Over the last seven months, we have learned an incredible amount about the government's post-9/11 surveillance efforts. But there is a crucial gap in our basic understanding. We now know, for example, a good deal about how the government conducts surveillance that targets Americans, and about surveillance of foreigners that sweeps up Americans' international communications when the actual surveillance takes place on U.S. soil (for example, from a Google facility in the United States). But we still know very little about Executive Order 12,333, which governs the NSA's surveillance abroad — even when that surveillance sweeps up Americans' communications.
To fill that gap, the ACLU, along with the Media Freedom and Information Access Clinic at Yale Law School, today filed a Freedom of Information Act lawsuit demanding that the government release basic information about its use of Executive Order 12,333 to conduct surveillance of Americans' international communications.
Why is Executive Order 12,333 so important? Here is how we explained it in our complaint (filed today in federal court in New York):
Although EO 12,333 permits the government to target foreigners abroad for surveillance, recent revelations have confirmed that the government interprets that authority to permit sweeping monitoring of Americans' international communications. How the government conducts this surveillance, and whether it appropriately accommodates the constitutional rights of American citizens and residents whose communications are intercepted in the course of that surveillance, are matters of great public significance and concern. While the government has released several documents describing the rules that govern its collection and use of Americans' international communications under statutory authorities regulating surveillance on U.S. soil, little information is publicly available regarding the rules that apply to surveillance of Americans' international calls and emails under EO 12,333.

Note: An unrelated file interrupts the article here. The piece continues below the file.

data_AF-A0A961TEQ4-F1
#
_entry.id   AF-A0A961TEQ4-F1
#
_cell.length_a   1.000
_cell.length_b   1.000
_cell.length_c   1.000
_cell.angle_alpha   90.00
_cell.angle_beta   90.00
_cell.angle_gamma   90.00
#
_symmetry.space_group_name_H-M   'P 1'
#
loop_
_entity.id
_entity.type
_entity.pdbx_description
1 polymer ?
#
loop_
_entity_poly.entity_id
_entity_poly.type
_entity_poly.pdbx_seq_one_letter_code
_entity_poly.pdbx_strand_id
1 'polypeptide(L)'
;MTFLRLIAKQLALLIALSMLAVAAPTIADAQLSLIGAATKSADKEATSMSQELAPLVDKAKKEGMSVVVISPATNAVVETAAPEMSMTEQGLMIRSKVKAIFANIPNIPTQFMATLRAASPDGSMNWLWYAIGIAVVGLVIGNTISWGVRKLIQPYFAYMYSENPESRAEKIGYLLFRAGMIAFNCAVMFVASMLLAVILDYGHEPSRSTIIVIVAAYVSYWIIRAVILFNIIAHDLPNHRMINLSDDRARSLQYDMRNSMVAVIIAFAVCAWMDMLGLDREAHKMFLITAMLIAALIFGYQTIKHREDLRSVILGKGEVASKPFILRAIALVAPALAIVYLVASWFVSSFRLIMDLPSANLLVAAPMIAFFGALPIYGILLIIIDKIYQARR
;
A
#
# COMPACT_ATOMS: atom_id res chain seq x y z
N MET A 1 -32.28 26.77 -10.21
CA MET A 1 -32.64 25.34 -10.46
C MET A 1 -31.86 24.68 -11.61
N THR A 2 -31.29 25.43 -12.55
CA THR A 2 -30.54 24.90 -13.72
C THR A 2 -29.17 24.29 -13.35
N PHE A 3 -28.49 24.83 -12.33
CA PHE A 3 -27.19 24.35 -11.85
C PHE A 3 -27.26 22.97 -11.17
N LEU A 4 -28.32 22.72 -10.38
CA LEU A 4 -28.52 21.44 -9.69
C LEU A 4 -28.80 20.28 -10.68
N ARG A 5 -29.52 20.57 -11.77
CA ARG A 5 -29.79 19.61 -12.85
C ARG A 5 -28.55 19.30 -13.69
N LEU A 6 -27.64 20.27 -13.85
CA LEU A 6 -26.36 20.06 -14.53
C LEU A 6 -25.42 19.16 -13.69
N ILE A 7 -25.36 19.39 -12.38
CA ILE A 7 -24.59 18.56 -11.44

That gap in public knowledge is particularly troubling in light of recent revelations, which make clear that the NSA is collecting vast quantities of data worldwide pursuant to EO 12,333. For instance, recent news reports indicate that, relying on the executive order, the NSA is collecting: nearly 5 billion records per day on the location of cell phones, including Americans' cell phones; hundreds of millions of contact lists or address books from personal email and instant messaging accounts; and information from Google and Yahoo user accounts as that information travels between those companies' data centers located abroad.
The core of the problem is that the NSA has, for years, relied upon its authority to gather foreign intelligence as permission to conduct sweeping surveillance of Americans' international communications. We know that this happens under the laws that govern surveillance on U.S. soil, and recent revelations confirm that it happens — perhaps to an even greater extent — in the surveillance that takes place abroad under Executive Order 12,333. Moreover, the rules that govern surveillance under the executive order are of particular concern because that surveillance is not meaningfully overseen by Congress, and it is not overseen at all by the Foreign Intelligence Surveillance Court.
In other words, the executive is conducting surveillance under its own executive order without any real oversight. We now know too well that unchecked surveillance authority can lead to dangerous overreach. That's why we are fighting for the release of documents that would shed light on the internal rules that the executive has set for itself when it monitors international communications abroad — including Americans' international communications.